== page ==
New headlines regarding vast, valuable but still-untapped mineral deposits in Afghanistan are old news for much of the international mining community. Many companies, armed with geologic surveys completed during the Soviet occupation three decades ago, have long contemplated how to successfully operate in Afghanistan.
"I've seen these maps that the Russians produced," says Robert Schafer, executive vice president for Hunter Dickinson, a Vancouver-based exploration and mining company. More recently he's seen "a U.S. Geological Survey publication on the mineral resource assessment that was published in 2007."
While sizable mineral exports could make Afghanistan a future player in the global economy, the significance of its deposits is "not that it's big enough to dramatically impact the world -- it's because it's big enough to make that country viable in a way that it never has been before," says Schafer. These minerals could become the financial foundation of a new Afghanistan "that would be for the first time based on [a] nonconflict, non-drug-related economy. So that's why it's key. "
Don't Confuse Potential With Destiny
Most corporations are waiting for Afghanistan to become relatively peaceful and politically stable before attempting any large-scale, long-term projects there. In the meantime, they're considering what investments and resources are needed to make their investments eventually pay off. "It's important not to confuse potential with destiny," says Rod Eggert, director of the Division of Economics and Business at the Colorado School of Mines. "What is actually reported is potential for mining. It will take a number of things for the potential to be converted to profitable mining."
Navigating the Afghan culture is another challenge awaiting international mining interests. Along with a traditional suspicion of outsiders and long-standing internal rivalries, the Afghan government is considered one of the most corrupt in the world.
Several years ago, Hunter Dickinson was one of several companies competing for a contract with the Afghan government (in conjunction with the World Bank) to develop huge copper deposits in the Aynak Valley. Robert Schafer participated in the bidding negotiations, and came up against demands for "baksheesh," or bribes. "A relative of one of the government officials said they could guarantee we would win the bid process for a 'facilitation fee' of so-many million dollars," he says. "We told him to go away."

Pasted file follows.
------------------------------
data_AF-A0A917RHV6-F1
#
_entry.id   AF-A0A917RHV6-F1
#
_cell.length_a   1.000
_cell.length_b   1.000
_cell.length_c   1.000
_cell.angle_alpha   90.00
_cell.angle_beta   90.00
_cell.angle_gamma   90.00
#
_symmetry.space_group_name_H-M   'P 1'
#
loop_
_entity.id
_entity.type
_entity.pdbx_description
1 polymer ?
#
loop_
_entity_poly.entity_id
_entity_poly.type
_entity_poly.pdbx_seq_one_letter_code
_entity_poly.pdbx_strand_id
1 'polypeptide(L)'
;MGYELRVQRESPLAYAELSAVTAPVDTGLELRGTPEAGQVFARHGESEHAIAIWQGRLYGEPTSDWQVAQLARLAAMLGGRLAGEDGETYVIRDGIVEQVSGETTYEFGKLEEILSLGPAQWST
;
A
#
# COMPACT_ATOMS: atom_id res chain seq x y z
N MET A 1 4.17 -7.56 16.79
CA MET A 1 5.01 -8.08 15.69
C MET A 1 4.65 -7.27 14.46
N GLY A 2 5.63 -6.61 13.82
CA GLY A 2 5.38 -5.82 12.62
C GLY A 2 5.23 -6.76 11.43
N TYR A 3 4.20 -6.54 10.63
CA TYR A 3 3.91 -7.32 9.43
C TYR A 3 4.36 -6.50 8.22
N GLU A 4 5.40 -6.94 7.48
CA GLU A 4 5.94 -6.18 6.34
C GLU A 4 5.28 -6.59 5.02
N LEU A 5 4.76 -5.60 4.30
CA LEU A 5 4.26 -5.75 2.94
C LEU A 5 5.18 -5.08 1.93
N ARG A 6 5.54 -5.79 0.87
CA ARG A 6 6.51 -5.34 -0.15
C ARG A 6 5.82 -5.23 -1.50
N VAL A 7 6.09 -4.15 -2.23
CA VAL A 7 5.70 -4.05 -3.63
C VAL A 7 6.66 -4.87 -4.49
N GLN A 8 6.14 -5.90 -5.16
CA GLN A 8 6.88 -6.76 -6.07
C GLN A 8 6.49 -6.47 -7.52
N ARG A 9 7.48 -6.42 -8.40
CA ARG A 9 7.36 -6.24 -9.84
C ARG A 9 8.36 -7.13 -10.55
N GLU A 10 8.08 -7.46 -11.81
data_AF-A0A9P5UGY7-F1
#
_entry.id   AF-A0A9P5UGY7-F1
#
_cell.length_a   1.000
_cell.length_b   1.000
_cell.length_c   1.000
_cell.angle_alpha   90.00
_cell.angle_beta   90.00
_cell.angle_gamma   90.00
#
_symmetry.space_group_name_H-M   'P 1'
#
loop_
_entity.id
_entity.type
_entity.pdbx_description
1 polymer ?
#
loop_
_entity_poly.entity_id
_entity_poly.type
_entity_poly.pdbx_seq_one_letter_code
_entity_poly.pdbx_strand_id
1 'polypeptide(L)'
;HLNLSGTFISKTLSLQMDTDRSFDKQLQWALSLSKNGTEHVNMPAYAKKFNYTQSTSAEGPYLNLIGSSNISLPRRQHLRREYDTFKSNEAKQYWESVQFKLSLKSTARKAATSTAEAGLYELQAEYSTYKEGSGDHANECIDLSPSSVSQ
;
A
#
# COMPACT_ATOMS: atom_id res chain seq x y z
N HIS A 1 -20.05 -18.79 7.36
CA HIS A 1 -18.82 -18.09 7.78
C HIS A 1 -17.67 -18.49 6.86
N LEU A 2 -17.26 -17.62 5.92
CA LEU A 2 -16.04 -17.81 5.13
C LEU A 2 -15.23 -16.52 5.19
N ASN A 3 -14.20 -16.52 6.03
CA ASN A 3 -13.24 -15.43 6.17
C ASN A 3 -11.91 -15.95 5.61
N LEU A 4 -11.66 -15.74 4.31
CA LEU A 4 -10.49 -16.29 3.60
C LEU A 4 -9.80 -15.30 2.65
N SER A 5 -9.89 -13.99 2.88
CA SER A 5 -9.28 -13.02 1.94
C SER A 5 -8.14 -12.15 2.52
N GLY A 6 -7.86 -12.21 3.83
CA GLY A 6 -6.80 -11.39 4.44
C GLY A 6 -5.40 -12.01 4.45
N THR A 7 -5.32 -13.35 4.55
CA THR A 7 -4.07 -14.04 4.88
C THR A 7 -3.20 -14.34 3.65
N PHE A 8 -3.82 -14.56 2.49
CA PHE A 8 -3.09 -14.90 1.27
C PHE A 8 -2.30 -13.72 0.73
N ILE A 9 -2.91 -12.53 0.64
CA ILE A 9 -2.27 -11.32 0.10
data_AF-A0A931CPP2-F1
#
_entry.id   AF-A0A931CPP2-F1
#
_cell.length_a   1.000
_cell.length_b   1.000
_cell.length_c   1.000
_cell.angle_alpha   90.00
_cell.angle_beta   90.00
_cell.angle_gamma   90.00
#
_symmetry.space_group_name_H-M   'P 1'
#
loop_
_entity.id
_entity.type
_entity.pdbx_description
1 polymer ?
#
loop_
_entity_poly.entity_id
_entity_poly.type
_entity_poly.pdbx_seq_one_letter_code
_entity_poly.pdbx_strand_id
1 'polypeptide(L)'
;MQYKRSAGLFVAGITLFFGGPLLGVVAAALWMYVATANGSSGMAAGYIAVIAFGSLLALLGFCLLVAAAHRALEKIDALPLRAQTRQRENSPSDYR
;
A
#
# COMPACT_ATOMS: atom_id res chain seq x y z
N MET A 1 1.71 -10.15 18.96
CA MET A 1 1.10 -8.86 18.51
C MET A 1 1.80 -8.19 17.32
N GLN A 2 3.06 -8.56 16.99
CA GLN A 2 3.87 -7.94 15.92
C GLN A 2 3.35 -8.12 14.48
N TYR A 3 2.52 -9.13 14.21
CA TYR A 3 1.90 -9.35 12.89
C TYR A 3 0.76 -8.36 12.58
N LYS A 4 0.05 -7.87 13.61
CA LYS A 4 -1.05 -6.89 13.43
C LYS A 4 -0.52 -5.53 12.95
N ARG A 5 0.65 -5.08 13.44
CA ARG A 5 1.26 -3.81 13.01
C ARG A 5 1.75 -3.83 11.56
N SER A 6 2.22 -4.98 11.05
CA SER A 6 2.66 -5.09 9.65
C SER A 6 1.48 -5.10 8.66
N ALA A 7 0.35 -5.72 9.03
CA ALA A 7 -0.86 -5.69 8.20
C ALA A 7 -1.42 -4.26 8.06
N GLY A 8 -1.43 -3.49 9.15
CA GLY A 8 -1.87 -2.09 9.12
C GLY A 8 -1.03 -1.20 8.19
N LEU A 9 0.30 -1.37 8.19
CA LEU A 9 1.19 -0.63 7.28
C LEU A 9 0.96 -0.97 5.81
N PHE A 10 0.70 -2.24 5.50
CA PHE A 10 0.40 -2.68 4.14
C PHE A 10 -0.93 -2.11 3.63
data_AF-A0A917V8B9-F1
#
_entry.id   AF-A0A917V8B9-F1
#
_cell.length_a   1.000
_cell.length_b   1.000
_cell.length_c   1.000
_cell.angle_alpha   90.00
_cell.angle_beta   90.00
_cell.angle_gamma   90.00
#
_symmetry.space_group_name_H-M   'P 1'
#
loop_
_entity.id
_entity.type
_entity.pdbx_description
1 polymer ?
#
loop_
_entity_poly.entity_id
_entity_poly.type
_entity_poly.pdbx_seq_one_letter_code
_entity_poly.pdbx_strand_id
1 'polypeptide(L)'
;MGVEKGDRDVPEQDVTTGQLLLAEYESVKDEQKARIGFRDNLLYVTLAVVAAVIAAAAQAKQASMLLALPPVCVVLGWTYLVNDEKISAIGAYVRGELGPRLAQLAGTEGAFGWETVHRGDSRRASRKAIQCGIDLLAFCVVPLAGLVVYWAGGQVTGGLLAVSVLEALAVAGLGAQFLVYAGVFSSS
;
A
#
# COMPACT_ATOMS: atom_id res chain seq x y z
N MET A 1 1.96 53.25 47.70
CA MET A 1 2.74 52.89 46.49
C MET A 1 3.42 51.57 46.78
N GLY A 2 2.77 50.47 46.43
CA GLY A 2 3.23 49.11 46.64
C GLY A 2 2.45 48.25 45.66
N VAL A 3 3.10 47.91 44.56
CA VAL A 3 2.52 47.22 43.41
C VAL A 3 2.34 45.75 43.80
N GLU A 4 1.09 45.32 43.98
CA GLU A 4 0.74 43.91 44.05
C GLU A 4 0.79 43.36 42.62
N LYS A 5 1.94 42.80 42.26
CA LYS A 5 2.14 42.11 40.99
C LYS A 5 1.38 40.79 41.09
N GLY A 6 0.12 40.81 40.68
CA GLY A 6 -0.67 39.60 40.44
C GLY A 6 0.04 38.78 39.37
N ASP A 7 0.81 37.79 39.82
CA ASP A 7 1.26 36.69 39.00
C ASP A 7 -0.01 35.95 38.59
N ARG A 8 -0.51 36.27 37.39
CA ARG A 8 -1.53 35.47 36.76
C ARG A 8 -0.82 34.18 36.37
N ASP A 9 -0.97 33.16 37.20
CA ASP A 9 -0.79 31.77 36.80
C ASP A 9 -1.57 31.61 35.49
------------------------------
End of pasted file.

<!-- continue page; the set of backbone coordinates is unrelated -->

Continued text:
Schafer remembers the negotiations as well-managed, but that access to the proposed project was very limited. "When you're putting together a bid that's in the excess of a billion dollars, you like to know it pretty intimately before you start making proposals," he says.
"I also learned through a different Afghan government official that, although bids were supposed to be secret to a small committee of people for evaluation, some bidders' information got spread to other groups, who were then allowed to modify their bids to improve the quality."
Chinese Unskilled Labor Replaces Afghan Labor?
China Metallurgical Group, or MCC, was awarded the Aynak project. "The concept was they were supposed to train the less-skilled Afghan people to do the labor-type work," says Schafer, "and yet I've been told they've brought in a lot of their own low-skilled laborers to do the work that the Afghans should be doing, which is kind of contrary to what the original plan was."
Recent reports, meanwhile, claim a top Afghan official took tens of millions of dollars from MCC for the Aynak contract.
"From the perspective of private investors, [Afghanistan is] a country that's been relatively unexplored with modern methods, for understandable reasons." says Dr. Eggert. "It would be a risky venture to undertake exploration there, but with the potential for significant rewards. High risk, but potentially high return."
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